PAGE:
Move To Recall Controversial ‘Tech Tax’ Hits Central Massachusetts
Monday, August 26, 2013
Spilka now wants to repeal the new state sales tax on computer and software technology. Yet she just voted in favor of an $800-million transportation-finance bill that included the so-called “tech tax” - expected to raise about $160 million a year in revenues,
Curiously, Spilka did not oppose the tech tax, which took effect July 31, when it was being considered on Beacon Hill. “This wasn’t on people’s radar screens,” she told the Boston Globe in explaining her questionable vote. She now opposes the tech tax, she adds, because of constituent complaints.
By that, Spilka likely means the Bay State’s deep-pocketed, politically influential tech sector.
The new tech tax is so unpopular among Mass. business leaders that Sunshine State Governor Rick Scott has issued a public invitation to Bay State tech firms. He encourages them to "book a one-way ticket to Florida” and predicts that the competitive climate is "bound to get worse in Massachusetts for businesses.”
‘Give them no rest until this tax is repealed’
The full impact of the new Mass. tech tax can't yet be quantiified because the state Department of Revenue is still defining the law’s scope – meanwhile, offering FAQ responses. What is known, however, is that leaders of the state’s tech and other business sectors think it will throw cold water on a significant and growing segment the Massachusetts economy--one that Worcester and Central Massachusetts looks to lure as part of new and more aggressive economic development.
Tech execs from several of the Bay State’s largest firms have banded together to ask Mass. voters to repeal the tech tax on the November 2014 statewide ballot. So far, more than 1,600 people – including a handful online - have signed an initiative petition in support of the ballot question. Two high-profile backers of the campaign are Ron Sargent, chair and CEO of office-supply retailer Staples, and Laura Sen, president and CEO of discount retailer BJ’s Wholesale Club.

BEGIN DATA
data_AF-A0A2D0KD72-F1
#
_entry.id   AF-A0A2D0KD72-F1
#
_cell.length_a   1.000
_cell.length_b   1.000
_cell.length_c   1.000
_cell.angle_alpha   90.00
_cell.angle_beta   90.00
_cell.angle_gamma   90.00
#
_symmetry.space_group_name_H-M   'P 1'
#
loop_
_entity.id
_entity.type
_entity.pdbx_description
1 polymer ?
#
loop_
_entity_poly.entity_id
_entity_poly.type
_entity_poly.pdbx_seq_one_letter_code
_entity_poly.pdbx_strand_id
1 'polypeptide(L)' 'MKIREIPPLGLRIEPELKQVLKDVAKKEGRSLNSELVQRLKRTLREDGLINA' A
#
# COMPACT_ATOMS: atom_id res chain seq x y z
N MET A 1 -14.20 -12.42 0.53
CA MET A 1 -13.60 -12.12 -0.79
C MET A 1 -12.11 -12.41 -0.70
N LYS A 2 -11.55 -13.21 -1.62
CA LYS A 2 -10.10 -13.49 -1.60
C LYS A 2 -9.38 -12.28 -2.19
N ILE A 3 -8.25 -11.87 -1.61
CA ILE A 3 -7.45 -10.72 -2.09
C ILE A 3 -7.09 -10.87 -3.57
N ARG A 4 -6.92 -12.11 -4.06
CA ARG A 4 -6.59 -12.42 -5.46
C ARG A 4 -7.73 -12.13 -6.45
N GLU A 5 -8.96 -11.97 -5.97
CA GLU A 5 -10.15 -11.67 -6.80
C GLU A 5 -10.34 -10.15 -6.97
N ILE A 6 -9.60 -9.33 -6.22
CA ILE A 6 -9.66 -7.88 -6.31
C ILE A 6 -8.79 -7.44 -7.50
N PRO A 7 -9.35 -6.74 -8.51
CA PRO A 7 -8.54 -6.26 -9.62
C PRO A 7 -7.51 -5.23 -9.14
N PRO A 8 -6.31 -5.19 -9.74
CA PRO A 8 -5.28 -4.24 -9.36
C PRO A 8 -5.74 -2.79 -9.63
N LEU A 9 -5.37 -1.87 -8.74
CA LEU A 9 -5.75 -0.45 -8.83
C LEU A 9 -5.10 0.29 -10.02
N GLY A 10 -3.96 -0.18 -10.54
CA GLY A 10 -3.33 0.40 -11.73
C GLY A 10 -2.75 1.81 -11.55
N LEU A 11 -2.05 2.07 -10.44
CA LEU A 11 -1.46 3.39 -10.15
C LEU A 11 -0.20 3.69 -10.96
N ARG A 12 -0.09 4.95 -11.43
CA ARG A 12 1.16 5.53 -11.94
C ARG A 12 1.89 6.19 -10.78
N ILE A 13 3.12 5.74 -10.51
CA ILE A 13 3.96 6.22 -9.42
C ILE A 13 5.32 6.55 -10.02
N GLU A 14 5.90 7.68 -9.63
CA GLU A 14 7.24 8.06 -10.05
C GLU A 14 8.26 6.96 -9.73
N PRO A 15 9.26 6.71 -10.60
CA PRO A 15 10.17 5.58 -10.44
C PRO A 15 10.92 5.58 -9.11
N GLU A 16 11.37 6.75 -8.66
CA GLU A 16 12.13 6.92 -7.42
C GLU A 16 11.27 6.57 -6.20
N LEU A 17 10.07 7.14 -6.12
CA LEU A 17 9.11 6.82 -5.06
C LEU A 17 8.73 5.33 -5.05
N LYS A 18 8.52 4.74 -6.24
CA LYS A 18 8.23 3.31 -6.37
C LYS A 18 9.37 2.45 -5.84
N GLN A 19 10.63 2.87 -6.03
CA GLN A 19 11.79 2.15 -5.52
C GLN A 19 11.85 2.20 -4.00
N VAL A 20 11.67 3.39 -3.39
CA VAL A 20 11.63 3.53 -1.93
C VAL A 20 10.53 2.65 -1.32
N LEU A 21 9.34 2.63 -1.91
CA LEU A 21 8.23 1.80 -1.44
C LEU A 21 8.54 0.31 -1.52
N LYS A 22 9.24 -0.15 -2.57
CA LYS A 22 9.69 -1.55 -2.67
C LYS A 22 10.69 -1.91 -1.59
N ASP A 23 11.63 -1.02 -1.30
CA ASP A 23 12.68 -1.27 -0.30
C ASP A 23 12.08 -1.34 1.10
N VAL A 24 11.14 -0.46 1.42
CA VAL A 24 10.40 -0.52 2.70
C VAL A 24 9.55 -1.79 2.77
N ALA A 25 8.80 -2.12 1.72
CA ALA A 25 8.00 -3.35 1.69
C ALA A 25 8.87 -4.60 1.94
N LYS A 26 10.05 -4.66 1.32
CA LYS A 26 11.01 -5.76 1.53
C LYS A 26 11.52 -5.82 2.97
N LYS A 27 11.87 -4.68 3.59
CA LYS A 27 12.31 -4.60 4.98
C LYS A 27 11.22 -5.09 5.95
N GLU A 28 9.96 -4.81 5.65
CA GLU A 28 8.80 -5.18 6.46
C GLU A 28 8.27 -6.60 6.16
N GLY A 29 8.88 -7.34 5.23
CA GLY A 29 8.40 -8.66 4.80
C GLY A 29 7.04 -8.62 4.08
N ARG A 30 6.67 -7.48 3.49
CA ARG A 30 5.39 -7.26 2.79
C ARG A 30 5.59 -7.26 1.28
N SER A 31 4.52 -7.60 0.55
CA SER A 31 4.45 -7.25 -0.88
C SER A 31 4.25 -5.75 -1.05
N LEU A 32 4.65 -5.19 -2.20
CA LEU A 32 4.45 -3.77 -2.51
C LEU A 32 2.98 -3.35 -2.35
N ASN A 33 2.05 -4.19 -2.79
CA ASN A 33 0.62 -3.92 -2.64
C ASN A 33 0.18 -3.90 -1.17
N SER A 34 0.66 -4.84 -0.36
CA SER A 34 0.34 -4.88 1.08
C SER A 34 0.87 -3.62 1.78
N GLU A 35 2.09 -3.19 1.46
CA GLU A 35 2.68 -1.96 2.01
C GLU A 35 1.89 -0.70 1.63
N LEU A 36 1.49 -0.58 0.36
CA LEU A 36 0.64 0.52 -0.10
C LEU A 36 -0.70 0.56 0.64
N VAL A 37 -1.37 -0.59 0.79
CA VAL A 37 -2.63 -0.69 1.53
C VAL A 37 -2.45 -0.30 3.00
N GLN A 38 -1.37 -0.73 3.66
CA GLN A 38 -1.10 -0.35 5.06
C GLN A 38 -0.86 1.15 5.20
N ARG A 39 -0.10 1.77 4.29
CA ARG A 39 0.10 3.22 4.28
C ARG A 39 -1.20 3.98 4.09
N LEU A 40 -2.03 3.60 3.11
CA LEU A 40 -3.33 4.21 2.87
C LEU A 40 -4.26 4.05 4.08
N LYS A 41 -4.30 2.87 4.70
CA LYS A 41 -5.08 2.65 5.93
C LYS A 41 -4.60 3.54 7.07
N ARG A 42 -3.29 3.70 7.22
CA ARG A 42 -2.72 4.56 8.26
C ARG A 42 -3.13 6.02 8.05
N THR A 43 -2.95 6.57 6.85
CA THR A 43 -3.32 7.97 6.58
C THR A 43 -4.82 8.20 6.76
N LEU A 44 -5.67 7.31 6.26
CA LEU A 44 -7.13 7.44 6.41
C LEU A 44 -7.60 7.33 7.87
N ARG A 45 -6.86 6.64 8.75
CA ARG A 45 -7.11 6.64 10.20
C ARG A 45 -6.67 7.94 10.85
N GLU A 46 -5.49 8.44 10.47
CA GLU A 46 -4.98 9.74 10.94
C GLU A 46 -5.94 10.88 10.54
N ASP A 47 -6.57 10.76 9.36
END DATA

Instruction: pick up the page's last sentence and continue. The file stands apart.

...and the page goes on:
Driving a movement: Mass. High Tech Council President Chris Anderson
One of the petition-drive leaders is Chris Anderson, longtime president of the Mass. High Technology Council. He stresses that “it was only the Mass. High Tech Council and Mass. Taxpayers Foundation who were early, vocal, and public advocates against this provision of the tax bill. No public hearing was held by the legislature to provide for open input from potentially affected taxpayers and businesses.” The High Tech Council has a 36-year history of successfully using initiative petitions to force statewide ballot votes —having been led more than a half-dozen such ballot campaigns.
Anderson and his business colleagues have filed a petition with the state Attorney General Office’s to began the year-long petition process. If the AG’s Office certifies the petition language, proponents would need to collect at least 68,911 signatures from registered Mass. voters this fall. If enough signatures are certified, the legislature would be required to repeal, modify or take no action on the petition by next May. The last step would be the collection of at least 11,485 additional signatures, following the May deadline.
One of the petition signers, Andy Singleton, CEO of Assembla, a Needham-based software firm, calls the new tech tax the “death knell for innovation.” The new tax, according to Singleton, who employs 42 people in his eight-year-old business, “will negatively affect almost every sector of the state’s economy.”
As examples, Singleton points to top Bay State retailers who rely on vendors to design and integrate systems to track sales and manage inventory. He also cites Mass. health-care insurers and providers that manage costs with electronic health-data systems, Mass. biopharmaceutical companies that use complex data systems to analyze data, Mass. manufactures that rely on computer-aided design for production, and many businesses that increase productivity by modifying standardized computer systems to meet specific needs.